Bryan Cohen Jun. 5, 2014, 8:44pm

BINGHAMTON, N.Y. (Legal Newsline) - New York Attorney General Eric Schneiderman announced a settlement on Monday with a Broome County area limo service to resolve allegations it failed to pay tips to drivers.

Coachmaster asked consumers making reservations for transportation services if they would like the driver gratuity to be included on the final invoice, instead of paying the gratuity directly to the driver at the time of service. The company allegedly failed to pay all of the tips to drivers, keeping approximately one-third of the tip amount for its own administrative purposes. Coachmaster allegedly failed to tell consumers that a portion of the gratuity included on the final invoice would be retained by the company.

New York's Labor Law and regulations prohibit an employer from retaining any part of gratuities that are meant for employees.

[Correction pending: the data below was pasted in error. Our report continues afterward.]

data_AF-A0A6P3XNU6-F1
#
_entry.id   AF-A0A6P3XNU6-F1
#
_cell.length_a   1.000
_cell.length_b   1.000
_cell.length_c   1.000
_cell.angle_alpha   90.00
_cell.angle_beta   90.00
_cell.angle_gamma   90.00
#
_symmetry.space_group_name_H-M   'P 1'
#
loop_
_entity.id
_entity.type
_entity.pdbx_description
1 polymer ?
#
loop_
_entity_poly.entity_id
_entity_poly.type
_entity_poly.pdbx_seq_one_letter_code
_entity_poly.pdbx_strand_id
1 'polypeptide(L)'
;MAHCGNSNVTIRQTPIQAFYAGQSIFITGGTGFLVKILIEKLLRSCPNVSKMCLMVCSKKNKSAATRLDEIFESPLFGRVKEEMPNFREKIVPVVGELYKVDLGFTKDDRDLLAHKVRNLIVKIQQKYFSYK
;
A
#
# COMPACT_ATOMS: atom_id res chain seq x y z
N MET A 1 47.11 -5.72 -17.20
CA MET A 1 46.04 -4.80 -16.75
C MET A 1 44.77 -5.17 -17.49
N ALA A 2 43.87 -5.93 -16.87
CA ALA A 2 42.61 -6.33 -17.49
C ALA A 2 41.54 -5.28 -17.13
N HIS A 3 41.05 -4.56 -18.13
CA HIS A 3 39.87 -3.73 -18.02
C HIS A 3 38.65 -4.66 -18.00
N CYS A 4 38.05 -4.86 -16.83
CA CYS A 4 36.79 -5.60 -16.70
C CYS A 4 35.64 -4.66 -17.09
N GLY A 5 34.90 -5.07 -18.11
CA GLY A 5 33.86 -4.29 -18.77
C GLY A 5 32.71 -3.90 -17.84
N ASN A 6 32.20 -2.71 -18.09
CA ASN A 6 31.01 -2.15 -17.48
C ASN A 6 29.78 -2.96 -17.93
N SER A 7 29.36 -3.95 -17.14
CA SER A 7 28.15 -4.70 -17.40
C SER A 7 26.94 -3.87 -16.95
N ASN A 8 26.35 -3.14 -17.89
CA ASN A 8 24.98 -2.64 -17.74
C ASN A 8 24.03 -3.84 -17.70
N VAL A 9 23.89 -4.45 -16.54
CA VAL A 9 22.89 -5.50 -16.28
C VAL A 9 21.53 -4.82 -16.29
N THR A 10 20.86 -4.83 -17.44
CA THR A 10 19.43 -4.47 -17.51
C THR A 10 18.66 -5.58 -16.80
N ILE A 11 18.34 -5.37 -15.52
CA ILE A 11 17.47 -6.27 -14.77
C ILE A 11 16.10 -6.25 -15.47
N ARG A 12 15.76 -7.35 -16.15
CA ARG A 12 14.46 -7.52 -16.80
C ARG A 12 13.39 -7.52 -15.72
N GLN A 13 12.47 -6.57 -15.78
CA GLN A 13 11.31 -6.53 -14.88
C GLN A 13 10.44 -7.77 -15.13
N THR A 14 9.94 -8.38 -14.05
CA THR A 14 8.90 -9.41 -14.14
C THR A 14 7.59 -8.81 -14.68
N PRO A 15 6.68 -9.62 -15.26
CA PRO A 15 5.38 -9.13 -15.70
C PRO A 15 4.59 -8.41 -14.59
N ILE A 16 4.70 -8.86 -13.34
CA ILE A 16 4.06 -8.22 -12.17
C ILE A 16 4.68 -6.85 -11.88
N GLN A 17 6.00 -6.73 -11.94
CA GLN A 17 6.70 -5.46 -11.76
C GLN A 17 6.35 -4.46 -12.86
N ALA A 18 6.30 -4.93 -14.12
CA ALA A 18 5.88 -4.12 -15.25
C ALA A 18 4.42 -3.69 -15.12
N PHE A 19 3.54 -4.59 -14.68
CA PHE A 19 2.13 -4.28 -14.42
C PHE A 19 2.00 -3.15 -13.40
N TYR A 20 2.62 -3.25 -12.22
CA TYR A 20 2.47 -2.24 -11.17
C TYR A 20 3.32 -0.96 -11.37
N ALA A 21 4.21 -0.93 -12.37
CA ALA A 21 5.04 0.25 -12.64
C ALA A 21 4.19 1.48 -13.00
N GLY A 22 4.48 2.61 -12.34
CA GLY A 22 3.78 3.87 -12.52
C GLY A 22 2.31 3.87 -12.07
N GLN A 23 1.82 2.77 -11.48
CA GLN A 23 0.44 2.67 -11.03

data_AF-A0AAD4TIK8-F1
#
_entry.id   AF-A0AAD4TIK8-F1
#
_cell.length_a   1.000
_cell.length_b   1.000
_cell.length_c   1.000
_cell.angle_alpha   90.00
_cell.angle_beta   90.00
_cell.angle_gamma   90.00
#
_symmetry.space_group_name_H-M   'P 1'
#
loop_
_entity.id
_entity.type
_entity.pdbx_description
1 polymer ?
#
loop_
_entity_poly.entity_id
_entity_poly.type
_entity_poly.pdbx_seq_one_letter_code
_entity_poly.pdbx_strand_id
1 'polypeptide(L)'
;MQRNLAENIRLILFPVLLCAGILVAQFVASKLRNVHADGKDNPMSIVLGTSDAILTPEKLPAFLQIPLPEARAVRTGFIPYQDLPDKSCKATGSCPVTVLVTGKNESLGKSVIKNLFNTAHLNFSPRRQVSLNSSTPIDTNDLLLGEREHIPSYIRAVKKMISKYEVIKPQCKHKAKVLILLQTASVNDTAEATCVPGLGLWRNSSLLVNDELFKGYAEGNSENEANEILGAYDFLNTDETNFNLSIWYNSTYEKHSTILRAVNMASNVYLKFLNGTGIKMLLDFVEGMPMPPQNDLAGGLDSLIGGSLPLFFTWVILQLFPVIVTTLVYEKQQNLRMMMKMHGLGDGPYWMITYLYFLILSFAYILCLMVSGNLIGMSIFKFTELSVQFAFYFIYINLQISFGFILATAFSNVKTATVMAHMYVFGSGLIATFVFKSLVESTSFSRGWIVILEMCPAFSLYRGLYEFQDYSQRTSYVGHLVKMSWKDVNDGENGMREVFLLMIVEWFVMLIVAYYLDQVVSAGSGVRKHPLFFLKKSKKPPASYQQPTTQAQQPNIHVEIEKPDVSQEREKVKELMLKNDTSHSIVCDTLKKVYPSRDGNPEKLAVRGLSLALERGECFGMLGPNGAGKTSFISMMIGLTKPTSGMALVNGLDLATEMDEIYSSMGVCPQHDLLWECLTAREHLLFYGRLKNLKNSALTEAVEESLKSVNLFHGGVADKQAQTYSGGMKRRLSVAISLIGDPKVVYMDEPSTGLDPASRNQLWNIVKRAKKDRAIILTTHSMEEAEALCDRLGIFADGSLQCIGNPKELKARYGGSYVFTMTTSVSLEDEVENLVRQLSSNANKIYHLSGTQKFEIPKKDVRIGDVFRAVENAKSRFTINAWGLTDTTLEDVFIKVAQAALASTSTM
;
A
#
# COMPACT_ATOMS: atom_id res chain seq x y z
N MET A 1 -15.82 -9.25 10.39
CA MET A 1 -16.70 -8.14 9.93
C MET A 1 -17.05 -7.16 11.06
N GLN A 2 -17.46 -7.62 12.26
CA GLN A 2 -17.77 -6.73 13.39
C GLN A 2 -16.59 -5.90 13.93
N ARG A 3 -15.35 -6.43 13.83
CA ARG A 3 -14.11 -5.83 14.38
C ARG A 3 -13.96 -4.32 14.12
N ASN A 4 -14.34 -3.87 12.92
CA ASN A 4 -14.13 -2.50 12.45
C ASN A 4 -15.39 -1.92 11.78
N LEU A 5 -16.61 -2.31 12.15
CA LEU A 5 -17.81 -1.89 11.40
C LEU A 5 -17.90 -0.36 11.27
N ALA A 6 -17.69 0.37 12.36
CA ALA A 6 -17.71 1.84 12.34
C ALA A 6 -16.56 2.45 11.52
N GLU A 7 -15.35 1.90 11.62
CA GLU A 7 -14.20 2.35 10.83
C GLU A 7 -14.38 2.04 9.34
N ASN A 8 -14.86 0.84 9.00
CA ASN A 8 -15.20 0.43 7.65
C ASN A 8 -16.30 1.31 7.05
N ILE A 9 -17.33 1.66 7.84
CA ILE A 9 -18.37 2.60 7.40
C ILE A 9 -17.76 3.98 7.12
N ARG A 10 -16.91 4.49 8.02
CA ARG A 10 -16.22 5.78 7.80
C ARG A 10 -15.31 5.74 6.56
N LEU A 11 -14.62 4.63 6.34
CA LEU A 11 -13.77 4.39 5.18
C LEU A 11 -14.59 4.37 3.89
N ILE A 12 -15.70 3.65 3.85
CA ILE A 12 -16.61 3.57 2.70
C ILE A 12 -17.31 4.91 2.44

"Making New York more affordable for the middle class starts with standing up for workers," Schneiderman said. "Employers must not take any portion of their employees' tips. My office will prosecute those who engage in wage theft and fight to protect the hard-earned wages of everyday New Yorkers."

Under the terms of the settlement, Coachmaster will pay $20,000 in restitution to affected employees and a $20,000 civil penalty. The agreement also requires the company to comply with the law in the future.

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